BUT, what I really wanted to say is that the KGSP application is not the last time you will be asked for this document. When you officially enter your degree program, the university will request an original copy of your diploma (NIIED keeps the original copy of your application, and sends one of the copied versions to the universities. If you apply by a designated university, then they may not ask for your diploma again because they did have it in their possession when you applied. Check with them to make sure.) You may be able to ask NIIED to send their copy to the University, but if everyone tries to do this then they may stop doing it for anyone. If your university easily provides official copies, then it is best to get one or two extras.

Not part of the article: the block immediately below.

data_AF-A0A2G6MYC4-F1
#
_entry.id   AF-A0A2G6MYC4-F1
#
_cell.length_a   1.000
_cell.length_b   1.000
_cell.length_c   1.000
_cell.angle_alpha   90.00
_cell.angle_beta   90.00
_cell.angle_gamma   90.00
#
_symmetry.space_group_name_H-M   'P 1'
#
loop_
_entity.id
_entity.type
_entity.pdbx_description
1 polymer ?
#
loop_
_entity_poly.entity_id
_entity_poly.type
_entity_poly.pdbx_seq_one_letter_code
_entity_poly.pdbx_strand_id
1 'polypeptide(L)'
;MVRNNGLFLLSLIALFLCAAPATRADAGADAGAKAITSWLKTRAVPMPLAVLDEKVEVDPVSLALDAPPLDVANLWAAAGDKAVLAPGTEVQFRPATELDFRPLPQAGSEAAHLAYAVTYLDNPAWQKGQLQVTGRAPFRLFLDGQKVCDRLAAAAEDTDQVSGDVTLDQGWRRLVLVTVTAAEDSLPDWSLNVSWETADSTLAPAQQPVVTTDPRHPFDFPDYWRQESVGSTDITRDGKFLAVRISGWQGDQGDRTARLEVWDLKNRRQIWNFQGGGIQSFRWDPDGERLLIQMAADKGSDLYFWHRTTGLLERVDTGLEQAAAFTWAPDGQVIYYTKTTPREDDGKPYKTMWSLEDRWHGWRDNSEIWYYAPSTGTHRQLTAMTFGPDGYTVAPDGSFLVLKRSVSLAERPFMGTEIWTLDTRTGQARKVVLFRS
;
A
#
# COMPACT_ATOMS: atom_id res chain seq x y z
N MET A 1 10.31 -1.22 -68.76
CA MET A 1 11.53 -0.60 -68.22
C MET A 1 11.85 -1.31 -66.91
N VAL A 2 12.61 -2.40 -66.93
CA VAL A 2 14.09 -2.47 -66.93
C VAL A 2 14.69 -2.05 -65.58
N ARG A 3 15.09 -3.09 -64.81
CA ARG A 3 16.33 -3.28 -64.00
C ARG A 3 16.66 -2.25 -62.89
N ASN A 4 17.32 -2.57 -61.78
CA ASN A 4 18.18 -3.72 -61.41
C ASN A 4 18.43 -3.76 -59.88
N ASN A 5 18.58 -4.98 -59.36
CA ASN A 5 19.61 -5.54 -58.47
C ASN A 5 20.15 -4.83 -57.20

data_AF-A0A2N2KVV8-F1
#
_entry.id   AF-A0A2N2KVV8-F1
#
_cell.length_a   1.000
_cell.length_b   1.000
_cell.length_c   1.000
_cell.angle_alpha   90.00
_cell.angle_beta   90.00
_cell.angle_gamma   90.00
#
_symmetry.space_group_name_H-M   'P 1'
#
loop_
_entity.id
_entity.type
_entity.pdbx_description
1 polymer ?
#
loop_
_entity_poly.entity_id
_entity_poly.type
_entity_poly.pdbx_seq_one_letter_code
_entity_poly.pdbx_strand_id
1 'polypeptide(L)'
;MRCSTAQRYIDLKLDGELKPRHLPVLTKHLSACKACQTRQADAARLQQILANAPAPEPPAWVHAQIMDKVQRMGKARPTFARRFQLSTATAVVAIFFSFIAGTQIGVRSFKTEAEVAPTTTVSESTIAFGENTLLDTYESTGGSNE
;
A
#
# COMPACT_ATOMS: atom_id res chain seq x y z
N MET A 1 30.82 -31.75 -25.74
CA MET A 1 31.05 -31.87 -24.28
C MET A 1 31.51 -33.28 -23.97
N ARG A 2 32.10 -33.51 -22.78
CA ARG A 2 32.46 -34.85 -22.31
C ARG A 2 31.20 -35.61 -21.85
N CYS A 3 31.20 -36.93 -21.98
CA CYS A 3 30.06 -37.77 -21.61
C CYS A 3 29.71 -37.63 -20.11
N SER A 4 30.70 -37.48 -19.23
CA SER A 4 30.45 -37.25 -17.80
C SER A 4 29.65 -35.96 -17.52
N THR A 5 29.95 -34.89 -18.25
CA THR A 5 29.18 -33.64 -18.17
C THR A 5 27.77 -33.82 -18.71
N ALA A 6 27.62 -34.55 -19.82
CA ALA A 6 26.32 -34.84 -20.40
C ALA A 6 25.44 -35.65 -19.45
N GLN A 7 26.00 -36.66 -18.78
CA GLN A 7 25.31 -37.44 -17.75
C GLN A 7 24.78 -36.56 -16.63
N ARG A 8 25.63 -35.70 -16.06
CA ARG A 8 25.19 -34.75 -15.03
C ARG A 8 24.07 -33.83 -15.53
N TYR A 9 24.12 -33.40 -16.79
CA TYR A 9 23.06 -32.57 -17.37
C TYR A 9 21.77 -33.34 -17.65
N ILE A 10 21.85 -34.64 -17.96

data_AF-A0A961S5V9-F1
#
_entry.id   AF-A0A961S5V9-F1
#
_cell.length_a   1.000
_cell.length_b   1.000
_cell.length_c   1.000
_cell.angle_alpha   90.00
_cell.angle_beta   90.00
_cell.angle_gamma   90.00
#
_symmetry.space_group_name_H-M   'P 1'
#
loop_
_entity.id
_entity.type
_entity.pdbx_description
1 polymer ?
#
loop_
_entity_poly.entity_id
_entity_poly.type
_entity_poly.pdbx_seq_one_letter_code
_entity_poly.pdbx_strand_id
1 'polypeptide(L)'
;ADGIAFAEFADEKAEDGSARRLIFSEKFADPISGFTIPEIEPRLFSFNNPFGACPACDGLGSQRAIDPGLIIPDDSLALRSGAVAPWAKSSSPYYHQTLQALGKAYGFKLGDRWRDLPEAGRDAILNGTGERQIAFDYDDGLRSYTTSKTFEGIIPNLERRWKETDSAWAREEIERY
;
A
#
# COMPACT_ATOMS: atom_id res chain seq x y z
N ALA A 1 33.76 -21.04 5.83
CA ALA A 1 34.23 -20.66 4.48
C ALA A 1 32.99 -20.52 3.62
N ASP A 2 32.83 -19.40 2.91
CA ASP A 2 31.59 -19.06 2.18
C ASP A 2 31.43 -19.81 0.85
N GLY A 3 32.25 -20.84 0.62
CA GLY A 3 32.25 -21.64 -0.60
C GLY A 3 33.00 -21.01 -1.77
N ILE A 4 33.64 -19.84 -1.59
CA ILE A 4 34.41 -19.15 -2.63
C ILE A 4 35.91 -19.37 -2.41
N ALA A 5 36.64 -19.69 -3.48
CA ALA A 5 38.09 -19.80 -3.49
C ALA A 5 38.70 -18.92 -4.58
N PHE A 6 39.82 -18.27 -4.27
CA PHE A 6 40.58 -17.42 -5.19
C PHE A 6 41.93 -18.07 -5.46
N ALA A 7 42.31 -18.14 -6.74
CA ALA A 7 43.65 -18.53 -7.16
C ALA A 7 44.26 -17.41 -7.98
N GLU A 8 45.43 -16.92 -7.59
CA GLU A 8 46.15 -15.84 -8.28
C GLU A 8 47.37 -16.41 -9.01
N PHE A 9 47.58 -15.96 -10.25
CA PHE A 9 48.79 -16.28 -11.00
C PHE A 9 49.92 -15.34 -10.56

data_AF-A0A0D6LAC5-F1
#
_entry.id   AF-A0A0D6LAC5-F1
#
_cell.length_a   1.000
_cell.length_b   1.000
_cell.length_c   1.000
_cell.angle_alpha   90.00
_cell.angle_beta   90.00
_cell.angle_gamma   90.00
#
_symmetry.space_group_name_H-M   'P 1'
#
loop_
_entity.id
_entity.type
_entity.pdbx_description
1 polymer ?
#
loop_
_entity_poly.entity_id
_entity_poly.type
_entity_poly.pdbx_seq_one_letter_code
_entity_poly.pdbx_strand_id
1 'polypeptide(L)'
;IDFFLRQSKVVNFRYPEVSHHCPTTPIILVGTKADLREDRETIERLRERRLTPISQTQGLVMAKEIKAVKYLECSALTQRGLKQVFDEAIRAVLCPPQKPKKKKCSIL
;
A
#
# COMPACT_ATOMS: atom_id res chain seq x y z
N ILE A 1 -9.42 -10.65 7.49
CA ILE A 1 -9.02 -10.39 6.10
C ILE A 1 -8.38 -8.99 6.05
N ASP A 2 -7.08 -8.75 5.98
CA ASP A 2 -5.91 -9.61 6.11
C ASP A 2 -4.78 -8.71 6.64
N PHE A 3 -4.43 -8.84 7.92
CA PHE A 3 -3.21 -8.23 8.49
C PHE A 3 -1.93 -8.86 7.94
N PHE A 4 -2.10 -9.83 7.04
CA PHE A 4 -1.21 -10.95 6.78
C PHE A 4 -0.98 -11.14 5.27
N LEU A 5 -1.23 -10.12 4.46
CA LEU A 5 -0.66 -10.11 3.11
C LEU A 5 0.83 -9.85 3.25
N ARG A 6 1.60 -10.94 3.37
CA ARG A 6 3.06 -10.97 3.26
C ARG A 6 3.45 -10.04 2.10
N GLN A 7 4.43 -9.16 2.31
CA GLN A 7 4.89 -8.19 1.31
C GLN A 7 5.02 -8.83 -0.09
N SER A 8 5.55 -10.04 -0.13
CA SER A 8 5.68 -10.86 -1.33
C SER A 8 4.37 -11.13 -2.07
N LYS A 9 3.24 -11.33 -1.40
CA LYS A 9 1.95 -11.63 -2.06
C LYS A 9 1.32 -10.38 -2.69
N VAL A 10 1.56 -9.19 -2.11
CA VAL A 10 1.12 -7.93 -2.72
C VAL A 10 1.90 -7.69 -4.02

Which brings me to the other reason you might need extra copies. Your visa. If you are starting your degree right away, without language study, then you will start with a D2 visa. You may need to submit a copy of your diploma when you apply in your home country, but you won’t need one again in Korea. If, however, you do the Korean language course then you will apply for a D4 visa in your home country, and you will need to change to a D2 visa when you start your degree program. And… well, you need to submit another proof of graduation at this time. Fun, right?

So, the moral of this story is while you are requesting diplomas or Apostilling diploma copies for your application, request a couple more for later.

If you have any other questions read the two posts above first, and if you still have questions, leave them in the comments. I’m happy to answer what I can. But do remember the process will be slightly different depending on where you are and how you apply.